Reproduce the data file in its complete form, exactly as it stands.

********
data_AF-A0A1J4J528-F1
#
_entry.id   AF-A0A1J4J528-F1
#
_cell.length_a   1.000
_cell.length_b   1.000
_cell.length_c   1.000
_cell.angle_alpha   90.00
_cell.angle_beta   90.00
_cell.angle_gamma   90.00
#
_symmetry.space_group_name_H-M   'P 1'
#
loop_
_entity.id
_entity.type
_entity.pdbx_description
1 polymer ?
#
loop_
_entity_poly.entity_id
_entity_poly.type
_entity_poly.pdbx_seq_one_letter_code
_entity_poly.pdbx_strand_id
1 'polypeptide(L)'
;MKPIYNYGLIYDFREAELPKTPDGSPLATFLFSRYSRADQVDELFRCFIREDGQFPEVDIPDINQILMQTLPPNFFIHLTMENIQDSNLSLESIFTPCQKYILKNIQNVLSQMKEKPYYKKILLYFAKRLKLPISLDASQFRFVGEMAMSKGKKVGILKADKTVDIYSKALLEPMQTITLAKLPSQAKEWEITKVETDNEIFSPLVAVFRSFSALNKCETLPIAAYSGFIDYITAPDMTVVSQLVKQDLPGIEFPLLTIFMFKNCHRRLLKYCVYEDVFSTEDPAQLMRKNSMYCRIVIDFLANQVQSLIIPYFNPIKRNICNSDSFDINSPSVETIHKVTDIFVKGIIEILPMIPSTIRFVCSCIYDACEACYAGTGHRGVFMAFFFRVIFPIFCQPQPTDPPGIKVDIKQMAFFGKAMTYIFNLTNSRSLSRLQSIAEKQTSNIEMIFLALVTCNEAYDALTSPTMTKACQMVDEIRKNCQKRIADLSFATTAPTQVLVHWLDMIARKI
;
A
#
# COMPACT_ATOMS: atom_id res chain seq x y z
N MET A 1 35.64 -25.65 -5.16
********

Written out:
data_AF-A0A1J4J528-F1
#
_entry.id   AF-A0A1J4J528-F1
#
_cell.length_a   1.000
_cell.length_b   1.000
_cell.length_c   1.000
_cell.angle_alpha   90.00
_cell.angle_beta   90.00
_cell.angle_gamma   90.00
#
_symmetry.space_group_name_H-M   'P 1'
#
loop_
_entity.id
_entity.type
_entity.pdbx_description
1 polymer ?
#
loop_
_entity_poly.entity_id
_entity_poly.type
_entity_poly.pdbx_seq_one_letter_code
_entity_poly.pdbx_strand_id
1 'polypeptide(L)'
;MKPIYNYGLIYDFREAELPKTPDGSPLATFLFSRYSRADQVDELFRCFIREDGQFPEVDIPDINQILMQTLPPNFFIHLTMENIQDSNLSLESIFTPCQKYILKNIQNVLSQMKEKPYYKKILLYFAKRLKLPISLDASQFRFVGEMAMSKGKKVGILKADKTVDIYSKALLEPMQTITLAKLPSQAKEWEITKVETDNEIFSPLVAVFRSFSALNKCETLPIAAYSGFIDYITAPDMTVVSQLVKQDLPGIEFPLLTIFMFKNCHRRLLKYCVYEDVFSTEDPAQLMRKNSMYCRIVIDFLANQVQSLIIPYFNPIKRNICNSDSFDINSPSVETIHKVTDIFVKGIIEILPMIPSTIRFVCSCIYDACEACYAGTGHRGVFMAFFFRVIFPIFCQPQPTDPPGIKVDIKQMAFFGKAMTYIFNLTNSRSLSRLQSIAEKQTSNIEMIFLALVTCNEAYDALTSPTMTKACQMVDEIRKNCQKRIADLSFATTAPTQVLVHWLDMIARKI
;
A
#
# COMPACT_ATOMS: atom_id res chain seq x y z
N MET A 1 35.64 -25.65 -5.16